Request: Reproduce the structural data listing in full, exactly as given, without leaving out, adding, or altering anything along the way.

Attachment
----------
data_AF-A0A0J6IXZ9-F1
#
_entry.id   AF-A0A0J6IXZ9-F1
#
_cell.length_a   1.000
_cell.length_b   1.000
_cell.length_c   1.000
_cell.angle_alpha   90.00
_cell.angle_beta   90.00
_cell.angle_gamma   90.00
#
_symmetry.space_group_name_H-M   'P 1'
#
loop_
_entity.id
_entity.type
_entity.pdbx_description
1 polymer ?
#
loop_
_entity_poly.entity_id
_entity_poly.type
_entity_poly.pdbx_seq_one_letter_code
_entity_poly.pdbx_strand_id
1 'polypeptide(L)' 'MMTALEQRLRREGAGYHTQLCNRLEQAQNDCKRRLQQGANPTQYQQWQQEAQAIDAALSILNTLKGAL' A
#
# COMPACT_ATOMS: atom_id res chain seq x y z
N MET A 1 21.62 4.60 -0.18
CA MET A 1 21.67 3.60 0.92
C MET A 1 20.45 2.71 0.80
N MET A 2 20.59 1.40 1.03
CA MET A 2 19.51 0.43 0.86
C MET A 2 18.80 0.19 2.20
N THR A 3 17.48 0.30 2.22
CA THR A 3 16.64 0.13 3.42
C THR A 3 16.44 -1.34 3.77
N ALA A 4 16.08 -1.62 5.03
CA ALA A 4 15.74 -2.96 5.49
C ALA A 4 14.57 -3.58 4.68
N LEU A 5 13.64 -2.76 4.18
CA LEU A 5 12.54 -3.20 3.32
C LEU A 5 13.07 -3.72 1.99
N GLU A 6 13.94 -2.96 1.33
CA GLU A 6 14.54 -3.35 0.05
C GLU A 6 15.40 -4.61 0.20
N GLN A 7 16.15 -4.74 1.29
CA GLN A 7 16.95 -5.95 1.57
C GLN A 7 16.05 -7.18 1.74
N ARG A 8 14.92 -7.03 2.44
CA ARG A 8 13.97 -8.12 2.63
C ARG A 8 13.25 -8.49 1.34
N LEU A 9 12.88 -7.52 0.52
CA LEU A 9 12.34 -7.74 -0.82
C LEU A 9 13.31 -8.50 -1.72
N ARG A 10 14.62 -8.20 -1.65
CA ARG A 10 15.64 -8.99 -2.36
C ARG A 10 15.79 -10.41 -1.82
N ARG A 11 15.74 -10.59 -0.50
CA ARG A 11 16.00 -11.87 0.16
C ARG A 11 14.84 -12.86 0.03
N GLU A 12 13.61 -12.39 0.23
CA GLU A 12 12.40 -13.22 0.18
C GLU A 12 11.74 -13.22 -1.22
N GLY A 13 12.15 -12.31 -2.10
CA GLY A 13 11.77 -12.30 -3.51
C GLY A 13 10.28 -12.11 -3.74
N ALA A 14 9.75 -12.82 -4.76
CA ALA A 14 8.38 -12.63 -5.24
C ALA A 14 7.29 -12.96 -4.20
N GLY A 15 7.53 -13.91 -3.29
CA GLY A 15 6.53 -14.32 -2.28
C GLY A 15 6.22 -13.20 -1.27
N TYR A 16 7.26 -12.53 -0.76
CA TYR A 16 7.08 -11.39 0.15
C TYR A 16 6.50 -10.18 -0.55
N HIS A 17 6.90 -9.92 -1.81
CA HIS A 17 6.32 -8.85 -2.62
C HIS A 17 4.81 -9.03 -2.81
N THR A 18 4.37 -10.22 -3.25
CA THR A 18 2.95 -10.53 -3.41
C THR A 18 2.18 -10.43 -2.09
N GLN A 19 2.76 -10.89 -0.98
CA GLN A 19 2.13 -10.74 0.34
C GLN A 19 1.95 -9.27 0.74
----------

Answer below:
data_AF-A0A0J6IXZ9-F1
#
_entry.id   AF-A0A0J6IXZ9-F1
#
_cell.length_a   1.000
_cell.length_b   1.000
_cell.length_c   1.000
_cell.angle_alpha   90.00
_cell.angle_beta   90.00
_cell.angle_gamma   90.00
#
_symmetry.space_group_name_H-M   'P 1'
#
loop_
_entity.id
_entity.type
_entity.pdbx_description
1 polymer ?
#
loop_
_entity_poly.entity_id
_entity_poly.type
_entity_poly.pdbx_seq_one_letter_code
_entity_poly.pdbx_strand_id
1 'polypeptide(L)' 'MMTALEQRLRREGAGYHTQLCNRLEQAQNDCKRRLQQGANPTQYQQWQQEAQAIDAALSILNTLKGAL' A
#
# COMPACT_ATOMS: atom_id res chain seq x y z
N MET A 1 21.62 4.60 -0.18
CA MET A 1 21.67 3.60 0.92
C MET A 1 20.45 2.71 0.80
N MET A 2 20.59 1.40 1.03
CA MET A 2 19.51 0.43 0.86
C MET A 2 18.80 0.19 2.20
N THR A 3 17.48 0.30 2.22
CA THR A 3 16.64 0.13 3.42
C THR A 3 16.44 -1.34 3.77
N ALA A 4 16.08 -1.62 5.03
CA ALA A 4 15.74 -2.96 5.49
C ALA A 4 14.57 -3.58 4.68
N LEU A 5 13.64 -2.76 4.18
CA LEU A 5 12.54 -3.20 3.32
C LEU A 5 13.07 -3.72 1.99
N GLU A 6 13.94 -2.96 1.33
CA GLU A 6 14.54 -3.35 0.05
C GLU A 6 15.40 -4.61 0.20
N GLN A 7 16.15 -4.74 1.29
CA GLN A 7 16.95 -5.95 1.57
C GLN A 7 16.05 -7.18 1.74
N ARG A 8 14.92 -7.03 2.44
CA ARG A 8 13.97 -8.12 2.63
C ARG A 8 13.25 -8.49 1.34
N LEU A 9 12.88 -7.52 0.52
CA LEU A 9 12.34 -7.74 -0.82
C LEU A 9 13.31 -8.50 -1.72
N ARG A 10 14.62 -8.20 -1.65
CA ARG A 10 15.64 -8.99 -2.36
C ARG A 10 15.79 -10.41 -1.82
N ARG A 11 15.74 -10.59 -0.50
CA ARG A 11 16.00 -11.87 0.16
C ARG A 11 14.84 -12.86 0.03
N GLU A 12 13.61 -12.39 0.23
CA GLU A 12 12.40 -13.22 0.18
C GLU A 12 11.74 -13.22 -1.22
N GLY A 13 12.15 -12.31 -2.10
CA GLY A 13 11.77 -12.30 -3.51
C GLY A 13 10.28 -12.11 -3.74
N ALA A 14 9.75 -12.82 -4.76
CA ALA A 14 8.38 -12.63 -5.24
C ALA A 14 7.29 -12.96 -4.20
N GLY A 15 7.53 -13.91 -3.29
CA GLY A 15 6.53 -14.32 -2.28
C GLY A 15 6.22 -13.20 -1.27
N TYR A 16 7.26 -12.53 -0.76
CA TYR A 16 7.08 -11.39 0.15
C TYR A 16 6.50 -10.18 -0.55
N HIS A 17 6.90 -9.92 -1.81
CA HIS A 17 6.32 -8.85 -2.62
C HIS A 17 4.81 -9.03 -2.81
N THR A 18 4.37 -10.22 -3.25
CA THR A 18 2.95 -10.53 -3.41
C THR A 18 2.18 -10.43 -2.09
N GLN A 19 2.76 -10.89 -0.98
CA GLN A 19 2.13 -10.74 0.34
C GLN A 19 1.95 -9.27 0.74